Americans Embrace CFLs in Record Numbers

Americans Embrace CFLs in Record Numbers

When it comes to fighting climate change, many Americans are not only talking the talk, they're actually walking the walk. Case in point: the Environmental Protection Agency (EPA), Washington, D.C., estimates that Energy Star-qualified compact fluorescent lamp (CFL) sales in 2007 nearly doubled from 2006, accounting for approximately 20% of the U.S. light bulb market. According to market data, sales

When it comes to fighting climate change, many Americans are not only talking the talk, they're actually walking the walk. Case in point: the Environmental Protection Agency (EPA), Washington, D.C., estimates that Energy Star-qualified compact fluorescent lamp (CFL) sales in 2007 nearly doubled from 2006, accounting for approximately 20% of the U.S. light bulb market.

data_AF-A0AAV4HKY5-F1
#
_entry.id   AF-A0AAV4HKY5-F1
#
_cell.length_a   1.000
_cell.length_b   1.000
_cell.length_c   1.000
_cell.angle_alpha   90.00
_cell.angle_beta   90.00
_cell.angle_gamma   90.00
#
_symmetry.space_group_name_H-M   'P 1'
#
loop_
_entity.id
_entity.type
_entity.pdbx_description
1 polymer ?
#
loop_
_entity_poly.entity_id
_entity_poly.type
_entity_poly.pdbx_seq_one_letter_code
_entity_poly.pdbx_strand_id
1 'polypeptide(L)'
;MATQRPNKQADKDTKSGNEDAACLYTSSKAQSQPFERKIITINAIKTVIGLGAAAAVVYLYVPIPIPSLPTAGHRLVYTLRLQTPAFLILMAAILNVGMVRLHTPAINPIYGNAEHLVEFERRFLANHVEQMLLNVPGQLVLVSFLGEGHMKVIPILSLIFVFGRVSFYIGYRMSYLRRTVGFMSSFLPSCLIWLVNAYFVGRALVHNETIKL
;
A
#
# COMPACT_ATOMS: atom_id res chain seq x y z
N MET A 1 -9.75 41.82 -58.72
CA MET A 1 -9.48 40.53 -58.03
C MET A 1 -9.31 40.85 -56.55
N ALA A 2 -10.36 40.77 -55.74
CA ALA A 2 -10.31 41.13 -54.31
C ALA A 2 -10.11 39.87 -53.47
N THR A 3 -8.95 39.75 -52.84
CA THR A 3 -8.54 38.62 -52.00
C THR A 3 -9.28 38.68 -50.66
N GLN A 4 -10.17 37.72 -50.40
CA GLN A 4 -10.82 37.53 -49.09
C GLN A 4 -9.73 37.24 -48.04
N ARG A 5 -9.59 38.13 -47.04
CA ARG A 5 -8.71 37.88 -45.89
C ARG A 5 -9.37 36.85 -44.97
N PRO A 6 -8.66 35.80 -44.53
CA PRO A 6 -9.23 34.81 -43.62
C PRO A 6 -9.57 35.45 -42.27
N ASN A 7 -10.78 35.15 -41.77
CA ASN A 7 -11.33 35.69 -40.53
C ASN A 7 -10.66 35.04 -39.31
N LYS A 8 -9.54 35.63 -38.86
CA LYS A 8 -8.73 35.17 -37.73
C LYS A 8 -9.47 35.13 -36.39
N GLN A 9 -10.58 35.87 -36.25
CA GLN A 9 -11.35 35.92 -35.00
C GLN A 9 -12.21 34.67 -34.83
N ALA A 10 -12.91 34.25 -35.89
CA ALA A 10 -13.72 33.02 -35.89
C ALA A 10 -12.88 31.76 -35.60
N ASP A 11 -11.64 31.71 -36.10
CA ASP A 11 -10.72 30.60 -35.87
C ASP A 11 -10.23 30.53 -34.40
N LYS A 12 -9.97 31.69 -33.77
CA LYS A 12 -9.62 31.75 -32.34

According to market data, sales of Energy Star-qualified CFLs have substantially increased over the past two years. In 2006, it is estimated that the market share jumped to around 11%, compared to a market share consistently under 5% in the first part of the decade. Sales totaled approximately 290 million bulbs in 2007.

According to the EPA and the U.S. Department of Energy, Energy Star-qualified CFLs offer a minimum lifetime of 6,000 hours, maintain their light output over time, and are more energy efficient than standard CFLs. Compared to traditional incandescent bulbs, CFLs use 75% less energy and last up to 10 times longer.

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